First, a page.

We have discovered the first-ever inhibitors of PF4, a platelet protein central to the pathophysiology of heparin induced thrombocytopenia (HIT). Heparin is a naturally-occurring anticoagulant that prevents the formation of clots and extension of existing clots within the vasculature, and major medical applications of heparin include dialysis, cardiac catheterization, and cardiopulmonary bypass surgery. Heparin therapy is usually safe and effective; however, some patients (10,000-20,000 per year in the US) develop HIT as a serious complication caused by an immunological reaction that targets platelets leading to a low platelet count (thrombocytopenia). HIT increases the risk of blood clots forming within blood vessels and blocking the flow of blood (thrombosis), referred to as HITT when thrombosis occurs. HITT develops in approximately 1-3% of patients treated with heparin for 5-10 days. Affected individuals have a 20-50% risk of developing new thromboembolic events, a mortality rate ~20%, and an additional ~10% of patients require amputations or suffer other major pathological events. Current treatment for HIT relies on elimination of heparin exposure from patients with suspected HIT and administration of direct thrombin inhibitors, which carry a significant risk of bleeding. Despite the removal of heparin from these patients, they remain at significant risk for thrombosis and death. We have previously discovered a novel approach to the treatment of HIT via the destabilization of the functionally-active PF4 tetramers yielding inactive monomers and dimers. The tetrameric form of PF4 binds to heparin to form Ultralarge Complexes (ULC). Using the combined expertise of Fox Chase Chemical Diversity Center, Inc. in medicinal chemistry and drug discovery, the Sachais Laboratory at the New York Blood Center in HIT-based drug discovery approaches, and the McKenzie laboratory at Thomas Jefferson University in HIT mouse models, we have identified and characterized novel PF4 tetramerization inhibitors (PF4TIs) that disrupt PF4 tetramerization, ULC formation, and ameliorate HIT in an in vivo mouse model. In this grant proposal we plan to take our current lead FC-7259 or a related compound(s) as required into IND-enabling studies to support an IND application and eventual human clinical trials. During our first three aims in Yr 1 we will find alternative preclinical candidates, and backup compounds that could replace the current lead candidate if unforeseen liabilities are identified, via iterative synthesis and in vitro testing (lead optimization). The best compounds from lead optimization will undergo drug disposition evaluation (ADMET and PK), and the best among these will be evaluated in the HIT mouse model. Using this paradigm, we will choose the absolute best candidate for IND-enabling pre-clinical development activities in Yrs 2 and 3, including preparation of GMP drug substance and a 14 day repeat dose toxicity in rat and dog. By the end of this period of study, we expect to have PF4 tetramerization inhibitor preclinical drug candidates with suitable efficacy and safety properties to advance to an IND, ultimately leading to clinical development and commercialization as treatments for HITT.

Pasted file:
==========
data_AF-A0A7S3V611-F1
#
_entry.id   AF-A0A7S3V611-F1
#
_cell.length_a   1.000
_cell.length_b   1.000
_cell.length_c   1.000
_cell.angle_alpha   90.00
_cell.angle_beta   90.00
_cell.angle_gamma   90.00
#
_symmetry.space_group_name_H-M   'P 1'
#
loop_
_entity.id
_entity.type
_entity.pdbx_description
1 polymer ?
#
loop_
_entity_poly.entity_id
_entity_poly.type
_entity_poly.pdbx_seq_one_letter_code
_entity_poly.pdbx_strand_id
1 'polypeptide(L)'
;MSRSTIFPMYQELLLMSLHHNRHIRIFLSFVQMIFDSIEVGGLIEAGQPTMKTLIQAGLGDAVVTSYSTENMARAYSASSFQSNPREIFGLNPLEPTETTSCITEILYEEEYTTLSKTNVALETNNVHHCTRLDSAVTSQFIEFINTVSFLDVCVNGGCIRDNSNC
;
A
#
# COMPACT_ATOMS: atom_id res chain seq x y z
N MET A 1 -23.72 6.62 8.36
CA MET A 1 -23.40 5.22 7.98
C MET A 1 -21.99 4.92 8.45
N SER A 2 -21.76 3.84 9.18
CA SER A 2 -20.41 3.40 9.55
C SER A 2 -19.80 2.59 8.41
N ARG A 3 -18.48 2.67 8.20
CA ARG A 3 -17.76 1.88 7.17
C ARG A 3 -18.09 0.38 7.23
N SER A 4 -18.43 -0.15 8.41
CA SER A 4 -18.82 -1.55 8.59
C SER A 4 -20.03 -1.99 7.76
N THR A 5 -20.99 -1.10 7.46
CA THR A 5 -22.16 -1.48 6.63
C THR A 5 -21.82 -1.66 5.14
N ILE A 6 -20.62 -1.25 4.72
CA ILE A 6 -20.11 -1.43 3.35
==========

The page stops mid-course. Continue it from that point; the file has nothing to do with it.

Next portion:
Heparin-induced thrombocytopenia (HIT) is a serious complication of heparin therapy, placing patients at increased risk for thrombosis (clotting) and death. We have identified small molecule compounds, we term PF4TIs (PF4 tetramerization inhibitors), that block the functions of a protein called PF4, a platelet protein central to the pathophysiology of HIT. These compounds further successfully treat HIT in animal models. In this grant we plan to put forward a novel PF4TI into IND enabling studies which are a necessary step to be approved for testing the PF4TI in humans. We anticipate these studies will eventually result in the discovery of a first-in-class therapeutic for the treatment of HIT.